OUR COLUMNIST AVILA ON ANGELA LYN’S WORK:
‘Angela’s paintings remind me the essence of an addiction…
Imagine yourself riding a two thousand foot tall wave on a surf board. The roaring noise of the water, and the white foam that it produces down in the base of the wave, shelters your fear from falling into the abyss. You keep your eyes fixed on the horizon, trying to maintain your equilibrium atop of the wave, and you wonder, how am I going to get out of here? At the same time, you enjoy the rush of Nature and you would like it to last forever.
The beginnings of an addiction has those characteristics. You would like to get away from a particular situation or action, and at the same time, you would like it to last forever. Every single soul on the planet has some sort of addiction, even if it is only mild and temporary, which in appearance drives individuals to do things they don’t really want to undertake. The common understanding of its meaning refers to a compulsive habit or action that is not completely necessary for the survival of the individual, but is being realized anyway drove by some physical or mental impulse, often resulting in the harm of the person’s body and soul.
The essence of any addiction’s beginning, is based on the cognitive process of knowledge. An individual reiterates the same action because it produces some sort of satisfaction. This gratification is completely subjective to the individual, and usually requires numerous trips up and down the stairs of understanding. On each step we make, a connection of ideas is reached producing pleasure, which is the compensation from our imagination for the energy and risk spent on the process. After a while, our minds decide that the repetition of the same process is no longer attractive; that the knowledge acquired by the same activities doesn’t produce new reasoning because we wear down the platforms of understanding, falling in the space left between the steps. Still, our stubborn minds redevelop the same process because that is the way in which we have learned to survive since childhood, by repeating actions and events until we reach our goals.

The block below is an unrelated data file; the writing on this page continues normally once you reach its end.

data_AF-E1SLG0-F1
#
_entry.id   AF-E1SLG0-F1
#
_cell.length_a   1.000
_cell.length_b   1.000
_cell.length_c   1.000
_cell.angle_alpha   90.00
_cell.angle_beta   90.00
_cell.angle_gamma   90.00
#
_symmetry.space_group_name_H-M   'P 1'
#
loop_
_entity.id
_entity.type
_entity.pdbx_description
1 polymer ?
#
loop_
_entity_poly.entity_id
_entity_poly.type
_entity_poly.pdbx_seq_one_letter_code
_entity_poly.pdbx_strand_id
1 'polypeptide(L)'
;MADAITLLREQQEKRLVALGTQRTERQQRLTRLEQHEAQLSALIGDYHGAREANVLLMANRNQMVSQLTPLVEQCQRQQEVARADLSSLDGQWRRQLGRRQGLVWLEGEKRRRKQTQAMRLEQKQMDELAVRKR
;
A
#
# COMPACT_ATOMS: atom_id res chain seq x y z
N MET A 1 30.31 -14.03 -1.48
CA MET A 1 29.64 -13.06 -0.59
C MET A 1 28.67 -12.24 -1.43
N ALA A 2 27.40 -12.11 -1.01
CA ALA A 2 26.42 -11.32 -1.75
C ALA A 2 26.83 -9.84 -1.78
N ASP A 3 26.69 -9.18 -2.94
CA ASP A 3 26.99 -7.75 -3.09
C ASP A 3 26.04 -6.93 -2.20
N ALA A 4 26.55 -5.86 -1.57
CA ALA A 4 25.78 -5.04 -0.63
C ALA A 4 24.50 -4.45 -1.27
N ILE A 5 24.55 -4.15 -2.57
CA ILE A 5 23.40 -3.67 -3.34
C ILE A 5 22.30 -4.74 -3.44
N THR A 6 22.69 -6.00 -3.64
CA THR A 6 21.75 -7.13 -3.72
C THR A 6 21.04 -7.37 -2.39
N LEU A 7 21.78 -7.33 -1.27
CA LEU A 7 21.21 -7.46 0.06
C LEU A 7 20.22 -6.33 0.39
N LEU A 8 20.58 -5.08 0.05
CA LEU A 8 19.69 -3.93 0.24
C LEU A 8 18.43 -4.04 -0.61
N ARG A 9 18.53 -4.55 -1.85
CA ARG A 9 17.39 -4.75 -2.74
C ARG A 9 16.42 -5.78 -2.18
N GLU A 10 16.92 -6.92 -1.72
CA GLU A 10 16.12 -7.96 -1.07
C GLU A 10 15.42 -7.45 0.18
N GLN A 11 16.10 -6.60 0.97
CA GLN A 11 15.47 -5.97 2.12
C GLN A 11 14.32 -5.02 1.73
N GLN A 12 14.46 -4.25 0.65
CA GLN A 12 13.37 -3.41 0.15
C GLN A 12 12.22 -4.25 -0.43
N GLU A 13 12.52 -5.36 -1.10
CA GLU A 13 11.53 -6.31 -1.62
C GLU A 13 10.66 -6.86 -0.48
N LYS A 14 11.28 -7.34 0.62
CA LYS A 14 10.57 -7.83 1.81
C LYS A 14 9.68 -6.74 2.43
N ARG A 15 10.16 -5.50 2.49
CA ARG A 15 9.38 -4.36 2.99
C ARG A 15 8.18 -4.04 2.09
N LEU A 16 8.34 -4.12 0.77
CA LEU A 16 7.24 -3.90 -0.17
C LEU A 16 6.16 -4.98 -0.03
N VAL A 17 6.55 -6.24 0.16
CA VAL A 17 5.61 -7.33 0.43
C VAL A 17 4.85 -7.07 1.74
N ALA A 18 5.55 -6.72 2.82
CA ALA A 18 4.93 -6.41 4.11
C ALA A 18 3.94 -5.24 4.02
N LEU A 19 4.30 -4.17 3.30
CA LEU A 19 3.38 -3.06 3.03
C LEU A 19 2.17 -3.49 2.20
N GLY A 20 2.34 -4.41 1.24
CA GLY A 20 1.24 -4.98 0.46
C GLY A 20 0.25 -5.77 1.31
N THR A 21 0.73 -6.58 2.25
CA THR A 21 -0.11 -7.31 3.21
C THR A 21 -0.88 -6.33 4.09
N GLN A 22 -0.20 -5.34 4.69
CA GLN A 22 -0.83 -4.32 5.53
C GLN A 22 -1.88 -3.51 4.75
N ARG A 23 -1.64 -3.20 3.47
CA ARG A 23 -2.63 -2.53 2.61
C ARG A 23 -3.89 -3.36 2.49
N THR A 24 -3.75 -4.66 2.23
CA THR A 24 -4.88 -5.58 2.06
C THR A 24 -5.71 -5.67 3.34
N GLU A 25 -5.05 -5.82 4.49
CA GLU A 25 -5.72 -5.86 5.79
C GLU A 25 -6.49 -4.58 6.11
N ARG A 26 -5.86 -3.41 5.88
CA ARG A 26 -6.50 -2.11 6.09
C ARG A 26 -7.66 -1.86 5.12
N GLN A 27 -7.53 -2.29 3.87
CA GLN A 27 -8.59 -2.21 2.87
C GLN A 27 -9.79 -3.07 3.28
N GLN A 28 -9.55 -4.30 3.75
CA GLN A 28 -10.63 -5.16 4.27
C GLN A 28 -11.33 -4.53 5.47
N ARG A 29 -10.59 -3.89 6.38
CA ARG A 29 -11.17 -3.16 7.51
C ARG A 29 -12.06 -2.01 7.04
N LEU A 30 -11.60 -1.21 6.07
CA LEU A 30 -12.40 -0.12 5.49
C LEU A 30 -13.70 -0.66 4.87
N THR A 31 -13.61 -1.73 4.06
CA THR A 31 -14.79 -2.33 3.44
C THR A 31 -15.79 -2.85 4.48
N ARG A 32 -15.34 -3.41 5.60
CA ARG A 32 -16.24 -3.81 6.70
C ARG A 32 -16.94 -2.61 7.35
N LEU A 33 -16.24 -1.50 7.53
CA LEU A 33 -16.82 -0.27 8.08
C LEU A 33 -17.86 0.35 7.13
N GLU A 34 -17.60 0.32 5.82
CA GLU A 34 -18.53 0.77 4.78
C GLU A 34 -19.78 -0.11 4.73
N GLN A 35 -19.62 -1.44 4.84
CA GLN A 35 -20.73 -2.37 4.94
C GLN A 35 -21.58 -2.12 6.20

Societies demonstrate similar characteristics because they reflect in a communal manner the actions of the individuals that form them. For example, the addiction to petroleum represents so many gratifications for the community, that the choosing of a different pathway developing alternative energy solutions is frequently disregarded. The society as a whole accustoms itself to the same habits, even though overtime, those practices could cause great damage to the environment and to the population.
The established usual behaviors are very difficult to transform because they are engraved in the memories of the individuals, particularly if the benefits of having those traditions are more numerous than the drawbacks. Most of what an individual does since he wakes up in the morning, until he goes to sleep at night, are routine applications of customs and behaviors, which unconsciously reinforce his security against surprises from the environment. Our minds like to have an easy access to their thoughts and repeating frequent paths to approach reason in our endeavors facilitate this response. To our minds there is little difference in behavior if the routine that we adopt is to have a double shot of Jack Daniels in the morning, rather than a cup of coffee. The effect may be different in our bodies and in our minds, but the familiar process of selecting a morning drink is the same.
Ninety percent of what we do every day, like politics, religion, etc. is based on the repetition of conducts and traditions established throughout our lives. They represent the bridge that connects us to reason, and in which we founded our routine knowledge. If for whatever circumstance we need to change that bridge, we have to endure a process of adaptation that usually affects our entire disposition. What was normal, turns into oddity, because we have lost the reference on each step of our understanding, resolving in most cases to set up new ladders of knowledge.
The pleasure and satisfaction that we could obtain riding an enormous wave is part of the problem; but also part of the solution. Without it, our chances for survival will decrease due to the fact that our brains recognize pleasure as a sign of stability and equilibrium, hanging on to our dear lives by simple wonder’
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